Wednesday, November 13, 2013

Some of the trees in Autumn

The English oak has some spectacular color this year.  This is a photo from today.
 This is a the English Oak on Nov. 3, ten days ago.. just starting to turn.  In some years these leaves hang on well into winter and just turn brown.  Hope this years colors last equally as long as the brown ones.
 This is the arbus unedo or strawberry tree.  The bees love the those little bell blossoms.  The humming birds feed on them too.  Its good to see that there is some food for them this late in the season.  The red berries are edible, apparently.  There are numerous opinions on that on the internet.  The birds should like them, too, but I have not seen the birds eating them.  The tree has a long period of bloom in the autumn, in my garden.
 This is the holly with lots of berries on it this year.  Nice variegated leaves on this one.  Many years ago, I rescued it from a plant nursery where it was not looking very good.  In the last few years it has been putting on a good show. 
 This is the pin oak and the Japanese cedar (Cryptomeria japonica), in the woodland garden.  You see the tops of the trees over the garage roof.  The Japanese cedar stays this reddish bronze color all winter and in the spring turns green again.  It is a big tree that is aging gracefully.  Its too bad that the needles sometimes dry out and hang onto the tree.  I brush them off on the lower branches, but the higher ones will have to take care of themselves.  I must do a photo study of this tree.  It likes acid soil, so perhaps I could under plant it with blue or white azaleas.  At the moment there is a shrub with white blossoms that have the fragrance of orange blossoms.  This little shrub is everygreen and looks good under the sweeping boughs of the cryptomeria.  I believe the lovely little shrub is a choisya.  In the spring and summer, this area has quite a lot of self seeded dames rocket, in purple and white. 
 This is a closer view of the pin oak leaves.  Very rich red color.  I moved a rhodo, in the same space as this tree.  I do not get back here often enough to water.   These two trees with their underplantings are across the woodland path from each other.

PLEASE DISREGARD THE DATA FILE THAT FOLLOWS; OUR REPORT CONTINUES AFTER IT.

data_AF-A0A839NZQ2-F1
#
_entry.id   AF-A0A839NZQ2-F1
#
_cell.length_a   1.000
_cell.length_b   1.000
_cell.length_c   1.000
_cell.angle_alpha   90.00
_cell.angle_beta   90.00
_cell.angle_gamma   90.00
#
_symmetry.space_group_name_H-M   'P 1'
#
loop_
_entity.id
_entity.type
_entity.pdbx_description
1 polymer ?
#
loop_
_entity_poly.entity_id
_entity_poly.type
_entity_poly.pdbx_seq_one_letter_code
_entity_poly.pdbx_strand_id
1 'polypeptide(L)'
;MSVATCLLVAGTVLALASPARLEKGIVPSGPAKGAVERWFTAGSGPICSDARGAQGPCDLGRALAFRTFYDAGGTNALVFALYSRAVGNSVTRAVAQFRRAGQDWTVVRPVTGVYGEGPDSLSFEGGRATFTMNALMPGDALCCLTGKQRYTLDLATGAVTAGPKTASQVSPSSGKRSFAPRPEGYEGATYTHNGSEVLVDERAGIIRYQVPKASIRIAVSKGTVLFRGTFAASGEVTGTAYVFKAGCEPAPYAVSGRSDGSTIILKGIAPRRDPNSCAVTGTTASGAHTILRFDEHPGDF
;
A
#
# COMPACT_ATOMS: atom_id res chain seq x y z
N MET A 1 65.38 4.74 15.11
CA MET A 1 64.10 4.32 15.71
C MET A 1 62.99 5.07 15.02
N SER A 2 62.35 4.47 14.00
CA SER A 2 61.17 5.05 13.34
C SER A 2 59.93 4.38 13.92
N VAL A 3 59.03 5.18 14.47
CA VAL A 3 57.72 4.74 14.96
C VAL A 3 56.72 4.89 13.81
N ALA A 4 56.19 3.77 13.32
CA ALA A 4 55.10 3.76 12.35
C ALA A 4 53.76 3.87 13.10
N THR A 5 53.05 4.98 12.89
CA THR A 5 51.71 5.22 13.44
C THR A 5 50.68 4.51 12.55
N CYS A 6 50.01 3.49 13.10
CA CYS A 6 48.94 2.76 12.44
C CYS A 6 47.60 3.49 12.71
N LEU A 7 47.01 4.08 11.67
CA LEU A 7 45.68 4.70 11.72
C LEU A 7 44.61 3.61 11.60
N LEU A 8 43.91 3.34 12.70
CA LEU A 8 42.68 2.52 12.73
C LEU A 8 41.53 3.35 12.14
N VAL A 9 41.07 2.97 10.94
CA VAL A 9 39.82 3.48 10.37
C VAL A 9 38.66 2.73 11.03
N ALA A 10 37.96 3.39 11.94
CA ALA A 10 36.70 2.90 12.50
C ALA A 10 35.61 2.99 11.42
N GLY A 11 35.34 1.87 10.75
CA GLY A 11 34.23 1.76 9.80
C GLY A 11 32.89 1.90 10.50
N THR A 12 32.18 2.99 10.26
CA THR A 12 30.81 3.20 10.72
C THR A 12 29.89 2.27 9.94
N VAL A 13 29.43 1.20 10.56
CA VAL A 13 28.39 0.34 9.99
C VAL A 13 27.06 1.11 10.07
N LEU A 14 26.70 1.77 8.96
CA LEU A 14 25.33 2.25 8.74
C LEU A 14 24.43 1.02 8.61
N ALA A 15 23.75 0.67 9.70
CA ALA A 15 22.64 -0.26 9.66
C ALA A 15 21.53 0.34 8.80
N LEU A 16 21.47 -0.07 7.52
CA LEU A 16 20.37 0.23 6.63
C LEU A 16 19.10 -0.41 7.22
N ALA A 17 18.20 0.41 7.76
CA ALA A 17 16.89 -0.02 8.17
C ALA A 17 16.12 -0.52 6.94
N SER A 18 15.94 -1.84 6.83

This is a photo of the liquid amber tree in the front garden from November 3.  It has more color, now and has dropped some of the leaves.  It is the main show in the front garden, now.
Yesterday, I was out in the garden for a couple of hours and raked leaves off of the rock plants, thyme circle and other perennials.  I put the leaves on the grass path and mulch them with the mover.  I don't know where the leaves went, but I did not have much mulch in the mower bag.  There will be more leaves to fall, of course and more leaf mulch to make. 

With the clean up of the deer pasture across the street from us by the Saanich Parks department I have been haunting the Parks website to learn about the Urban Forest Stategy.    It is all very interesting and I enjoy following links to all kinds of good information.  One of the links led me to a place that sells wild flower seeds.  It is in Ontario.  The company has 3 or 4 kinds of Milkweed seed for sale.  I have some seed for milkweed that I hope to grow into enough food for monarch butterfly larvae.  Thanks for the seed, Dave.  My first ones have sprouted.  Planted them on November 3.  They are in plastic containers next to the light garden.  I have a few being stratified in the fridge, but I have the majority of them planted in pots that sit out on the garden.  I hope to see them in the spring in the natural order of growth.  I am happy to see that these plants are not banned in Canada.  I found no mention of them on such list in Saanich, particularly.  So, when my plants get leaves, I hope I can get some monarchs, and then hope that the monarchs are enticed to stay and lay eggs.  Well, that is next year's project. 

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